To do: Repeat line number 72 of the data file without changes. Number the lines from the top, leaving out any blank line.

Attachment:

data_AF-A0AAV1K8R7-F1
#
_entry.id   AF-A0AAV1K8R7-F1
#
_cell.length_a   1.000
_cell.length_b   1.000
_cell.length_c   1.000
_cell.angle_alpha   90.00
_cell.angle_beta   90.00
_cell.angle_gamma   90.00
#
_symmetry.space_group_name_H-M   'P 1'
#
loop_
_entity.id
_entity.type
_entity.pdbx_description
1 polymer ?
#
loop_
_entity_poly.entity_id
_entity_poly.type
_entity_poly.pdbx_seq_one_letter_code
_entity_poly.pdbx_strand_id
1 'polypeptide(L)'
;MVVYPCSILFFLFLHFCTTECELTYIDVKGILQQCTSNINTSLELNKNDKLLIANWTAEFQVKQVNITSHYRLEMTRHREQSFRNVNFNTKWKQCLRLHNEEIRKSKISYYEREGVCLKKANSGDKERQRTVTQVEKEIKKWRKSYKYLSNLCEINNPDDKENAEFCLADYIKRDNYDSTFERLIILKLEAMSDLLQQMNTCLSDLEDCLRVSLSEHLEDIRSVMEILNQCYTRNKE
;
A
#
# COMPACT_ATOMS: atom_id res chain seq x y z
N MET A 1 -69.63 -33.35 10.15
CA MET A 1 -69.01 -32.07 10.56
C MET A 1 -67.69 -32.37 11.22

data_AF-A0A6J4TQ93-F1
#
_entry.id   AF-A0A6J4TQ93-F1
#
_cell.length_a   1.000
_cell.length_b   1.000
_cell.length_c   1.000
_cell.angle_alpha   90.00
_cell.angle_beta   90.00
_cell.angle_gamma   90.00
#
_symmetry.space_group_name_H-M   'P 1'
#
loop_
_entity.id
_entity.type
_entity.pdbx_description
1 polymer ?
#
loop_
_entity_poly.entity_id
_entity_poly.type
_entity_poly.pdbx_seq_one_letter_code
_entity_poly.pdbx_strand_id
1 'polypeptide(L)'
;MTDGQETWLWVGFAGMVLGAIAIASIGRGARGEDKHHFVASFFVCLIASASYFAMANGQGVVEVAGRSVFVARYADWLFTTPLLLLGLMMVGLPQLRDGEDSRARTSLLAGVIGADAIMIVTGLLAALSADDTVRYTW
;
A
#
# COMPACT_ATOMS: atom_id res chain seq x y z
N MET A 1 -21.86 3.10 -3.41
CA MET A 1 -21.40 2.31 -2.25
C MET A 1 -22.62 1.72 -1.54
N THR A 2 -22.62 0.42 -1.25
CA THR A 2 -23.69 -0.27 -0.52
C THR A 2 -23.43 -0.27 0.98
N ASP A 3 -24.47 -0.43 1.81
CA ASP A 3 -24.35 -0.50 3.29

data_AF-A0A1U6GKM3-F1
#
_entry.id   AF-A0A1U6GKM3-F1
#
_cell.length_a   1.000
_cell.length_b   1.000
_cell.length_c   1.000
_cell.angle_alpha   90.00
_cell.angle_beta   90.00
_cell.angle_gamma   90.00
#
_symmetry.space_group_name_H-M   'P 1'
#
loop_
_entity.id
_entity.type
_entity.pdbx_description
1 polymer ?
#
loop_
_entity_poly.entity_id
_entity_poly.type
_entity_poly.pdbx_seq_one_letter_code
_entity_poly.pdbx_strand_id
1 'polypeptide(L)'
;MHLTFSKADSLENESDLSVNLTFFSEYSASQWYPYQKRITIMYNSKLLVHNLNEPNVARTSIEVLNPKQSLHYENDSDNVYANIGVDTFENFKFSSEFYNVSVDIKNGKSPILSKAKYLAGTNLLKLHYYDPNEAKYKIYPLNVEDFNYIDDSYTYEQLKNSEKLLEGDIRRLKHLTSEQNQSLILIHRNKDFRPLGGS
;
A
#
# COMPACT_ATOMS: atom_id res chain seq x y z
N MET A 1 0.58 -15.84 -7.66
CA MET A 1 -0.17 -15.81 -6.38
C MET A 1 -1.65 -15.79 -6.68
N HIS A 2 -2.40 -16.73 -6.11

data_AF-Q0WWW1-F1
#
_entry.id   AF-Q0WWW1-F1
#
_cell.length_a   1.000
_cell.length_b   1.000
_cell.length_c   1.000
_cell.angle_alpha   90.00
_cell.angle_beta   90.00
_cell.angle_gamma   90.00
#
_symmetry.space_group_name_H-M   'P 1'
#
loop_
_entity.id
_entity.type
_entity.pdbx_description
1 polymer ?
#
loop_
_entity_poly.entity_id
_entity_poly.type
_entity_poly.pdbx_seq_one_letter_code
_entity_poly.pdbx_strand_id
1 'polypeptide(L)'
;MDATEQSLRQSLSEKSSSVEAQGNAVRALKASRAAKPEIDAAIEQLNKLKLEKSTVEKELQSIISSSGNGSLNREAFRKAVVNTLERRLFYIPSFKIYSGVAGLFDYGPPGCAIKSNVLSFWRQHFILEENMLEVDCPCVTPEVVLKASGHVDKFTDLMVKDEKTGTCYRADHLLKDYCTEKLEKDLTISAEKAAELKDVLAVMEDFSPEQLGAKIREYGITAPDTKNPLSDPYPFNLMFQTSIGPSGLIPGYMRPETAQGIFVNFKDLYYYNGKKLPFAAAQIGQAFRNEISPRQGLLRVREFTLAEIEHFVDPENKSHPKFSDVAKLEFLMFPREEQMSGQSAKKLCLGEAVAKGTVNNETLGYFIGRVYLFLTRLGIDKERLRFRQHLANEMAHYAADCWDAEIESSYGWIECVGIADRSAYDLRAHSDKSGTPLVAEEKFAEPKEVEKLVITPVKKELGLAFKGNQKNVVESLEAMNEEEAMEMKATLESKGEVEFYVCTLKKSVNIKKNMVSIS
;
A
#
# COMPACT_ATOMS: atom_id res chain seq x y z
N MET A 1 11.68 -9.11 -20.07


data_AF-A0A1U6GKM3-F1